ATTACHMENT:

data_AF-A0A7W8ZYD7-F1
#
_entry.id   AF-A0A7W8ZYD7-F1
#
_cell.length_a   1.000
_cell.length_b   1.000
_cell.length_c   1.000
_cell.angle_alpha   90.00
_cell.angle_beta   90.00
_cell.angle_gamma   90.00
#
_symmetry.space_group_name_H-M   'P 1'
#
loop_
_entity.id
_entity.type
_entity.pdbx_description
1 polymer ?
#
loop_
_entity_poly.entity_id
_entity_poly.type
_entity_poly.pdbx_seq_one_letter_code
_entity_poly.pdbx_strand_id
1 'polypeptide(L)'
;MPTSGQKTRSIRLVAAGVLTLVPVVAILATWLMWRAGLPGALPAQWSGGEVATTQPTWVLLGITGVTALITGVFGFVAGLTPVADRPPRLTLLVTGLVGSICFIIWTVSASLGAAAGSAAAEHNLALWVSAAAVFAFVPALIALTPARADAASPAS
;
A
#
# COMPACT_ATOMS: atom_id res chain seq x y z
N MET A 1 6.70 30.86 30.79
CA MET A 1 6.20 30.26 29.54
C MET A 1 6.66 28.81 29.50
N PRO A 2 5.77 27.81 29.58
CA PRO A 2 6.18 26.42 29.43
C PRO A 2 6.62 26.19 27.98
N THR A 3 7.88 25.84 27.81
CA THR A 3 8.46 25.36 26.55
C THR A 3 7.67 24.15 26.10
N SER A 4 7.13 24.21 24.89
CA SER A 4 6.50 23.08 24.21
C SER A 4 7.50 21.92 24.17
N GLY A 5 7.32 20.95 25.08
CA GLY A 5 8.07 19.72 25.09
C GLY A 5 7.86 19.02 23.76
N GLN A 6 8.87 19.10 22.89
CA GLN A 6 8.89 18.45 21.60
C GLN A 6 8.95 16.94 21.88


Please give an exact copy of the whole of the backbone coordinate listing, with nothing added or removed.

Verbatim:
data_AF-A0A7W8ZYD7-F1
#
_entry.id   AF-A0A7W8ZYD7-F1
#
_cell.length_a   1.000
_cell.length_b   1.000
_cell.length_c   1.000
_cell.angle_alpha   90.00
_cell.angle_beta   90.00
_cell.angle_gamma   90.00
#
_symmetry.space_group_name_H-M   'P 1'
#
loop_
_entity.id
_entity.type
_entity.pdbx_description
1 polymer ?
#
loop_
_entity_poly.entity_id
_entity_poly.type
_entity_poly.pdbx_seq_one_letter_code
_entity_poly.pdbx_strand_id
1 'polypeptide(L)'
;MPTSGQKTRSIRLVAAGVLTLVPVVAILATWLMWRAGLPGALPAQWSGGEVATTQPTWVLLGITGVTALITGVFGFVAGLTPVADRPPRLTLLVTGLVGSICFIIWTVSASLGAAAGSAAAEHNLALWVSAAAVFAFVPALIALTPARADAASPAS
;
A
#
# COMPACT_ATOMS: atom_id res chain seq x y z
N MET A 1 6.70 30.86 30.79
CA MET A 1 6.20 30.26 29.54
C MET A 1 6.66 28.81 29.50
N PRO A 2 5.77 27.81 29.58
CA PRO A 2 6.18 26.42 29.43
C PRO A 2 6.62 26.19 27.98
N THR A 3 7.88 25.84 27.81
CA THR A 3 8.46 25.36 26.55
C THR A 3 7.67 24.15 26.10
N SER A 4 7.13 24.21 24.89
CA SER A 4 6.50 23.08 24.21
C SER A 4 7.50 21.92 24.17
N GLY A 5 7.32 20.95 25.08
CA GLY A 5 8.07 19.72 25.09
C GLY A 5 7.86 19.02 23.76
N GLN A 6 8.87 19.10 22.89
CA GLN A 6 8.89 18.45 21.60
C GLN A 6 8.95 16.94 21.88